broadsheet (or smaller, post-broadsheet) newspaper will make a briquette
that will burn for about an hour. Broadly speaking, this is equal to one
kilowatt hour of energy.
The Centre for Alternative Technology (, which itself sells
briquette makers, says "taking small amounts of paper out of the waste
stream for use as fuel will make no real difference to the volume of paper
we recycle, but it would not make sense to do so on a mass scale". The
UK's high level of paper recycling- about 80% of newsprint is made from
recycled paper - is a good example of something approaching "closed
loop" recycling, it says.
"In deeply rural areas where doorstep collection of newspaper is not
carried out and the local recycling centre is some distance away, then it
makes sense to use waste paper on site," it says. "Here, the logmaker is
probably the better option. But where an established doorstep collection
exists, then it makes sense to use this efficient recycling route, which
guarantees that the paper will be reused."


secret method for making Newspaper Bricks


What to do
What to avoid
Scrunch each page
individually. Make a Don't waste time and
Prepare the paper
dry pile on the
effort shredding
ground next to you.
Put the scrunched
paper into a bucket
Don't wait for days,
and cover it with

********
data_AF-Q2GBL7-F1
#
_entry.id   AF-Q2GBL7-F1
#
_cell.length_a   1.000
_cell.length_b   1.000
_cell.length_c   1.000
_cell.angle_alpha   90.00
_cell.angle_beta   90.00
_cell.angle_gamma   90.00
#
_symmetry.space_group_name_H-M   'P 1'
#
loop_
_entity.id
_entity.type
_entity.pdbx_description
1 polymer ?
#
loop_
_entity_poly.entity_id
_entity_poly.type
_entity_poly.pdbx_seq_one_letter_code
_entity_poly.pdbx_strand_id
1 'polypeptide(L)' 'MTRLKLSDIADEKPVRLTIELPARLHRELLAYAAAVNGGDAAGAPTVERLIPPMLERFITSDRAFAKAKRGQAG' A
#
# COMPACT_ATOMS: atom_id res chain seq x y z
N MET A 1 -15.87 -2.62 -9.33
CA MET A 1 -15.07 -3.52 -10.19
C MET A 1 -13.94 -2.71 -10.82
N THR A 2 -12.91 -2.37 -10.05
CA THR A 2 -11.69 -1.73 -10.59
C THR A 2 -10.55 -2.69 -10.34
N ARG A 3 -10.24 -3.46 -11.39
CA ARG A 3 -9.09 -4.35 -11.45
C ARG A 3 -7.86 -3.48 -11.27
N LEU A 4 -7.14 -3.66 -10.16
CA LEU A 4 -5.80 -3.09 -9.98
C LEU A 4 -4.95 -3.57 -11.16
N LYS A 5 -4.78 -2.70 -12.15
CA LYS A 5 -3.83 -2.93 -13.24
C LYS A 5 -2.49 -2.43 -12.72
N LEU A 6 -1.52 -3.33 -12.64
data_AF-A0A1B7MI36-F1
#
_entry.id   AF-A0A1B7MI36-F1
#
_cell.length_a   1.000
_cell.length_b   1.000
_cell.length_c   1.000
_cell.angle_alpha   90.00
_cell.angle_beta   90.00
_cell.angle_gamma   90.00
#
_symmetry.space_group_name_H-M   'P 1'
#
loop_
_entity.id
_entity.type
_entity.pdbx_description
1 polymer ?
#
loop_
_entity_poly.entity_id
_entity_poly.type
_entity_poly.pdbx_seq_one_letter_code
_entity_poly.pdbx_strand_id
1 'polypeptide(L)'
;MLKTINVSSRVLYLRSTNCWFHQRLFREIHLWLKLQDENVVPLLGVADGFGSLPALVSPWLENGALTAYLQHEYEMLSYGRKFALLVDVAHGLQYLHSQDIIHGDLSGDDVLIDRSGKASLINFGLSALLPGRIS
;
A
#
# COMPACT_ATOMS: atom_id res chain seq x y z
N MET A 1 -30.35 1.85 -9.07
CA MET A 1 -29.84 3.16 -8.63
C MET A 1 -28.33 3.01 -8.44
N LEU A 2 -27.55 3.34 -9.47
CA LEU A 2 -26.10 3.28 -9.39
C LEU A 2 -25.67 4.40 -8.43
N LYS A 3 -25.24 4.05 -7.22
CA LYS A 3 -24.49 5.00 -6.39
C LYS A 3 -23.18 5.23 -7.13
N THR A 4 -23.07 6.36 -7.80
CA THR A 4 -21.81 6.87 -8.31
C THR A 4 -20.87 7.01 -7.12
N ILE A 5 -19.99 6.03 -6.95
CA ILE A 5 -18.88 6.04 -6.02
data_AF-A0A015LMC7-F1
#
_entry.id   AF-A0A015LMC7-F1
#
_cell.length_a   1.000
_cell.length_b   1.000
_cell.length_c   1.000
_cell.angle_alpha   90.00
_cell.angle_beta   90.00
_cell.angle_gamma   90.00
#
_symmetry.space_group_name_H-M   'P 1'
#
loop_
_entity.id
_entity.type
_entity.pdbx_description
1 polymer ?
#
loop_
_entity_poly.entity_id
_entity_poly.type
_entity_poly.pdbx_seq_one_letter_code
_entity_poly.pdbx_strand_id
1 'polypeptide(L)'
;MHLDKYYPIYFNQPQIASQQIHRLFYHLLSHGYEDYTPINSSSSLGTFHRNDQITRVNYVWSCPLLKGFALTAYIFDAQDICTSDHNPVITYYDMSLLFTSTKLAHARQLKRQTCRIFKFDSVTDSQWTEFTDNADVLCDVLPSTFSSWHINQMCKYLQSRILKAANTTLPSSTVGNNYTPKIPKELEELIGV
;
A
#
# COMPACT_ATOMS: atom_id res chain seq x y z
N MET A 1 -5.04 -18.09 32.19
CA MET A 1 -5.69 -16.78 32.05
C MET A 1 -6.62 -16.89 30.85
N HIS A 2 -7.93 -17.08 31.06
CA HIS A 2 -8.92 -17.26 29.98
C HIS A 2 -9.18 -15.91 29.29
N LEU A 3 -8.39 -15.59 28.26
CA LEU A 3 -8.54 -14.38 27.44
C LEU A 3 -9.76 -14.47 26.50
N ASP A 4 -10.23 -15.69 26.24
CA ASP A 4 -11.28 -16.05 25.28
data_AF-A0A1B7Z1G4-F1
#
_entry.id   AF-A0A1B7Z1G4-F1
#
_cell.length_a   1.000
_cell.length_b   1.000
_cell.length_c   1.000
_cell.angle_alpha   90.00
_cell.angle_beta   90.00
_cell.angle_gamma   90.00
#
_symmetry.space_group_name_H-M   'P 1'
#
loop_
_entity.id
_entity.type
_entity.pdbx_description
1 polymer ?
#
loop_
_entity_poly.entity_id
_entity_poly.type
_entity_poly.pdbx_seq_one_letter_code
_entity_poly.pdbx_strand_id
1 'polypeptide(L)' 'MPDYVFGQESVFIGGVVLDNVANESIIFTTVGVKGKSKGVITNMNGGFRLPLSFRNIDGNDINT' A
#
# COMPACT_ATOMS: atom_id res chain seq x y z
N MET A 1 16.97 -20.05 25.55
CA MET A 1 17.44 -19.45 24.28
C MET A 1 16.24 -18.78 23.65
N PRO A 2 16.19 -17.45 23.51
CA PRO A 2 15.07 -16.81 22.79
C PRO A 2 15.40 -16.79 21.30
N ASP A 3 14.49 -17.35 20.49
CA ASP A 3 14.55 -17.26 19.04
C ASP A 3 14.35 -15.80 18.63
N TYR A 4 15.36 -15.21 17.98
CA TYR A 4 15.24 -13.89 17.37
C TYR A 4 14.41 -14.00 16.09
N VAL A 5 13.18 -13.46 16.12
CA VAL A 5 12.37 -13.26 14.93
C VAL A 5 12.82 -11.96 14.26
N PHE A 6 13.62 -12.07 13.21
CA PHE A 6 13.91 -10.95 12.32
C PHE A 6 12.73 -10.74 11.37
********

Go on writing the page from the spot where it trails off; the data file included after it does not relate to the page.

or even hours. You
water, or start with
don't need the paper
Soak the paper
half a bucket of
to fall apart. You just
water and stuff the
need it to be wet and
paper pieces into it.
Less water, same
Place the open
brickmaker on
grassy, flat ground in
your garden. Push
Don't stress. Just do
each little bundle of it. If your first
paper in firmly and attempt falls apart,
Pack the brick
flatten it a little so
you'll have little fire
that the other pieces starters and more
overlap and
experience to pack
interlock. They need the brick maker more
to be able to 'grab' effectively next time.
onto each other
when the water is
pressed out.
Position the metal
plate over the top of
the wet paper. It
should rest just
Don't catch your
within the black
fingers between the
metal frame. Then
bars. Use one hand,
using only ONE hand,
Place the cover on
hold the handle, and
raise and position
and prepare to